The old, retired cardinal has had enough. He does not like what the Vatican is doing in China. He takes a plane and asks to be received by the Pope. But instead of bringing it to an end, the encounter of the two men escalated the tensions of the Vatican’s pending agreement with China, a peace brokerage between two opposing arms of Catholicism in one of the most strictly controlled regimes in the world.
The outcry of betrayal came from 86-year-old Cardinal Joseph Zen, affectionately named “Lion in Winter.” For decades, Zen has been urging the Vatican to take a stronger stand in defending the Catholic Church from persecution and control by Chinese Communist authorities. Cardinal Zen, now retired, was native to Shanghai but fled to Hong Kong to escape Communist rule at the end of the Chinese Civil War. He spent almost whole his life in Southeast Asia, traveling to China often.
In parallel with the centralization of power in the hands of Xi Jinping, Beijing is increasingly tightening its grip on the former British colony. In 2002, when Zen became bishop of Hong Kong, he helped to reinforce its political rights, shielding Hong Kong’s autonomy from China’s pervasive force. Zen, along with the younger generation of Hong Kong activists, is in no mood to compromise with Beijing.
For those unaware, the Catholic Church in China is run by the Communist party via the Catholic Patriotic Association (CPA). The latter does not recognize the authority of the Pope and is loyal only to the Chinese Communist party. There is, however, an “underground Church” by which flock and priest are loyal to the Pope and Catholic Church in Rome. While the priests of the patriotic church are ordained by CPA, and therefore by the will of the Communist party, the priests of the Underground are ordained by the pope in Rome, where they travel clandestinely.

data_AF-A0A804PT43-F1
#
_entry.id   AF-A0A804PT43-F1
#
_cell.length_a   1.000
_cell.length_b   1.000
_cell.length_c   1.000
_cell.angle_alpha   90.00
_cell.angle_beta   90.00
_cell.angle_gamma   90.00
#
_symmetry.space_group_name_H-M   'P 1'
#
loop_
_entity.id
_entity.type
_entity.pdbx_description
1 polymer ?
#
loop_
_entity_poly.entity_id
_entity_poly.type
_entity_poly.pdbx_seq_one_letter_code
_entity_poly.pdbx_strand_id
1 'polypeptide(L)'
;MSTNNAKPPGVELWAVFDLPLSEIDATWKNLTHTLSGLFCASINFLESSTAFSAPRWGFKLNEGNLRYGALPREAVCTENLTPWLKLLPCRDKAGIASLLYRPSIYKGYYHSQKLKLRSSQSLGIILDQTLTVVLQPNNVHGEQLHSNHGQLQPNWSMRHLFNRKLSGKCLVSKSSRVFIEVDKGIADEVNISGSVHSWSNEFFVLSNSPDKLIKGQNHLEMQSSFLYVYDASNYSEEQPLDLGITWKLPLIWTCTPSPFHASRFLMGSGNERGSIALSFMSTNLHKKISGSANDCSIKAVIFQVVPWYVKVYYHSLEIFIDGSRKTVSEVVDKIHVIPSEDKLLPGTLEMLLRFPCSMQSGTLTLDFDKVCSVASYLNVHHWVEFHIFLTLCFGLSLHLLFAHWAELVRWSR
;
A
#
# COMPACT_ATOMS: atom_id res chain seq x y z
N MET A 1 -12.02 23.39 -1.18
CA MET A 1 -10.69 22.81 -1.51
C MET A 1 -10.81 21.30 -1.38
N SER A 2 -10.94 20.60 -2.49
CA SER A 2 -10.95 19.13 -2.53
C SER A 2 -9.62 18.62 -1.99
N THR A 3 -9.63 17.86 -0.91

So, when last month a delegation from the Vatican traveled to China and met Bishop Peter Zhuang Jianjian, 88, who presides over the church in Shantou, in the southern province of Guangdong, they were playing for power. In a meeting in Beijing, they asked Zhuang to retire in favor of a bishop, Huang Bingzhang, appointed by the Chinese government, and who is a member of China’s parliament, the National People’s Congress, and was excommunicated by the Vatican in 2011.
When Zhuang, loyal to the Pope, was ordered to retire to give the space to the pro-government and previously excommunicated Huang, he tearfully asked Cardinal Zen for help, giving him a letter of response to the Vatican’s request. Cardinal Zen, suspecting that the Pope no longer receives his mail, then does something incredible. He gets on a plane and flies to Rome, with Zhuang’s and other suspiciously undelivered letters in his bag. On his blog, Cardinal Zen described what happened next: